I’ve written many columns over the years, talking about incidents and situations that arise in our industry. I know the challenges that automotive service providers face, day in and day out, and I’ve enjoyed writing my observations as one of your peers and hopefully as a friend.
However, today I’m writing as a member of the board of directors of the Automotive Aftermarket Retailers of Ontario (AARO).
In many ways, I’m working on your behalf with many other professionals in our trade to make things better for all of us.
Sadly, too many independent service providers do not see the need to be a member of an association. In my opinion, they take the word “independent” a little too seriously, and are quite proud of standing on their own. They don’t see the value in working with like-minded people. They just see it as a cost.
Look, no one likes to add another expense at a time when costs are constantly going up and profits tend to be going down. But we all have the same concerns: the ongoing need for training, the unexpected complication of the Ontario College of Trades, new and upcoming safety regulations, the perpetual need for website design and maintenance, the ever-changing Drive Clean program, health and safety regulations, WHMIS… the list goes on and on.
Membership in an association like AARO keeps you in the loop on important business-related developments, and helps you clear the hurdles and meet the challenges of our evolving industry.
In my 42 years in the automotive repair and service trade, I don’t think there’s ever been a more important time to join an association.
Well, it boils down to a simple unavoidable fact. As independents we are losing market share. Dealerships have awoken to the contributions their service bays can make to their bottom lines. They want to eat our lunch. As small businesses, we face enormous threats to our livelihood. As individuals we cannot afford to go it alone any more.
When you join an association, you’re not throwing your money away. On the contrary, your membership pays for itself over and over again in substantial savings on group programs, access to business services, and spots in training classes on any number of relevant topics. And that’s just the tip of the iceberg. You also get the benefit of networking with business owners and managers like yourself, and gaining their perspective on the challenges we all face.
I’m not one to write a column about the financial management of an automotive repair shop. I’m not an accountant… and I’m certainly not your bookkeeper. But here’s one example of how an association membership can pay for itself.
Recently, I worked with a young man recommended by AARO to review my credit card charges with me. I was convinced it would prove to be a total waste of time. After all, my supplier had just reassured me a month prior that my rates were among the lowest available.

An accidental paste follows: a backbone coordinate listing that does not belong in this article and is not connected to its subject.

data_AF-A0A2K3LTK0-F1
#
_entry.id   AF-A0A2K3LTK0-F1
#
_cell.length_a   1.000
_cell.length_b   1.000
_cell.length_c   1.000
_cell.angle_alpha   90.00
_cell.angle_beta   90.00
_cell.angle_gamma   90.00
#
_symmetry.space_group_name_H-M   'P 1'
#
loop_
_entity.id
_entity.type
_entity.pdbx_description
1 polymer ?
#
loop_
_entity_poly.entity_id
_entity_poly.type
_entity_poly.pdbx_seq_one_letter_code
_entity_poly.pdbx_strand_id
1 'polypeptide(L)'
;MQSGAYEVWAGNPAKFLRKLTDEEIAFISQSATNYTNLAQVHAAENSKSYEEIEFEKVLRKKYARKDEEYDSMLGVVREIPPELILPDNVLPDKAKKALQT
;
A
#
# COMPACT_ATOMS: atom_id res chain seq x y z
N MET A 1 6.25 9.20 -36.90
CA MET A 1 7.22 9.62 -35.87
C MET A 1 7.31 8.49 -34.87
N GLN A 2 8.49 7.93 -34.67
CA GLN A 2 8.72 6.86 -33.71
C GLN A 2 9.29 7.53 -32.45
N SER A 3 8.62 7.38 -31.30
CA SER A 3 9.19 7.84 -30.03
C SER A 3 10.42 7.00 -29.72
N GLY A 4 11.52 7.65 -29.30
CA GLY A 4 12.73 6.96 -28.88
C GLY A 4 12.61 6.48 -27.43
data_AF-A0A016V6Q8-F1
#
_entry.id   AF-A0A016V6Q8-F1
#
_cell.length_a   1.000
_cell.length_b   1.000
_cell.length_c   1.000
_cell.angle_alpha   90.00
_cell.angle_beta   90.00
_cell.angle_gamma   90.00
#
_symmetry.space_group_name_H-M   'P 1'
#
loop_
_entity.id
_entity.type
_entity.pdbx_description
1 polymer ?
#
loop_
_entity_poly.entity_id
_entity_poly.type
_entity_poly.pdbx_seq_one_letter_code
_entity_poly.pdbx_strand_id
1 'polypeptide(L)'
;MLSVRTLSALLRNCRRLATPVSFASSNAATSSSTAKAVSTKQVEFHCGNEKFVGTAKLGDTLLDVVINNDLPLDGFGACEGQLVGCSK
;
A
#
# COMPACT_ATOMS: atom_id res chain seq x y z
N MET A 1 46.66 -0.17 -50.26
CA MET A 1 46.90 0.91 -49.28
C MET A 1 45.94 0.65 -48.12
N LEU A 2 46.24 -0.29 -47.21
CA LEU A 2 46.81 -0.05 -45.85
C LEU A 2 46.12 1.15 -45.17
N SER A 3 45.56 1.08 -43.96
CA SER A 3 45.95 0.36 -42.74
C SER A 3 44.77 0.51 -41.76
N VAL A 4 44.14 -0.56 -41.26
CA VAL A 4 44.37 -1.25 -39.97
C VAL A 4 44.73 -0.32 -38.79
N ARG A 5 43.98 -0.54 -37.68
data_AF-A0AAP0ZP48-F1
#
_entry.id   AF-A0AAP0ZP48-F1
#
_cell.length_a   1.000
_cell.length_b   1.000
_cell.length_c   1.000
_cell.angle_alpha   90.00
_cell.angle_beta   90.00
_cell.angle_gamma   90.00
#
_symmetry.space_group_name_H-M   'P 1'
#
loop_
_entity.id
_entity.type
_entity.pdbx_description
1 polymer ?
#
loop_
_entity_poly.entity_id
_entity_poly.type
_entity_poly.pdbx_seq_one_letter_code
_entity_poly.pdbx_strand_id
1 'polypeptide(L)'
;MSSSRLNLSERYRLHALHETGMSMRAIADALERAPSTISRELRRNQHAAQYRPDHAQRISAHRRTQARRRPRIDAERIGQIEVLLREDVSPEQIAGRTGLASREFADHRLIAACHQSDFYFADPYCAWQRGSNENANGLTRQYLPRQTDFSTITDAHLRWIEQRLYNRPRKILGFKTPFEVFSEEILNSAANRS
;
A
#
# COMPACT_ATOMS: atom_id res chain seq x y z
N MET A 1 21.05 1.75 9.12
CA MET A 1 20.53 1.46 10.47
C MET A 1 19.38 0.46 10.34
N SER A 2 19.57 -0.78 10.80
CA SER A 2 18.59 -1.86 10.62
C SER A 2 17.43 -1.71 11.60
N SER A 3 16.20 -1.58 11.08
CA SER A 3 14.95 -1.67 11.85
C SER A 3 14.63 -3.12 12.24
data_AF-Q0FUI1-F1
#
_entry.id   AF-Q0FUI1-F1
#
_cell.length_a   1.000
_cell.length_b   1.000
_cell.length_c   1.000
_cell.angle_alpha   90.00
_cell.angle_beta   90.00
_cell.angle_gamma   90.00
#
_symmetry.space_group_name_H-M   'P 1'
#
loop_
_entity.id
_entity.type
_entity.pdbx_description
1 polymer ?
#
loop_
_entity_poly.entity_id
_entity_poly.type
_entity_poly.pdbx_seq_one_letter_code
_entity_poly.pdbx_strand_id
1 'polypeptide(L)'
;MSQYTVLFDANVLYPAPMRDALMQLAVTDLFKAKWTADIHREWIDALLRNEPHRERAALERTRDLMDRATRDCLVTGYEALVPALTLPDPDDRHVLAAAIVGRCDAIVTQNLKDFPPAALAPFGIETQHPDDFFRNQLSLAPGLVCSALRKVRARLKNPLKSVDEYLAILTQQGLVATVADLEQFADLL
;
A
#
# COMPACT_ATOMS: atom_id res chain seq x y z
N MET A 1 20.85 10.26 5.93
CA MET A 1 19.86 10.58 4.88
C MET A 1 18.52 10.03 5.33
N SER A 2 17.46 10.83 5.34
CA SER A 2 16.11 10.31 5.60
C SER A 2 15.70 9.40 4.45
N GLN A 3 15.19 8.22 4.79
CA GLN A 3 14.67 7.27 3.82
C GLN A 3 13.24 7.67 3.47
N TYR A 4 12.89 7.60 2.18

Boy, were my eyes opened!
Sure, the base rates were competitive… but all of the added fees (for things like the points cards that 85% of my clients have) were costing me an absolute fortune! I don’t blame my customers for wanting to take free trips on the points they earned at my shop. I just didn’t realize how much of their trips I was actually paying for!
With the help of this young man, we reviewed the complicated statement I’d received from the most popular credit card my customers use. We broke down exactly what I’d paid in fees that month. It turns out I was paying several hundreds of dollars more than I needed to. And that was just one month!
With the fee structure negotiated by AARO, I was able to save about $1,800 over the next five months. Over the course of a year, it will probably amount to well over $4,000.
That’s $4,000 a year going to my bottom line – without increasing my car count, raising my door rate, or charging more for parts. And it will more than pay for my association membership!
It’s not the first time the AARO membership has saved me money. Years ago I started taking advantage of the discounted rate the association had negotiated for shop insurance. When I made the switch from the insurance company I had been using (the one whose rates seemed to jump dramatically every single year), not only did I save myself about $4,300 a year, but I found myself with better coverage, working with an insurance company that had plenty of experience working with automotive garages.
OK, sorry, that was two examples.
My point is that by joining AARO I was able to tap into some excellent resources, meet great people who had the same ultimate objective that I did, and saved some money to boot!
Joining an association is not just a social opportunity for shop owners. It’s good business. For your own sake, and for the sake of our industry, please consider joining one today.
Brue Eccles is the owner of Eccles Auto Service in Dundas, Ont., and a member of the Automotive Aftermarket Retailers of Ontario board of directors.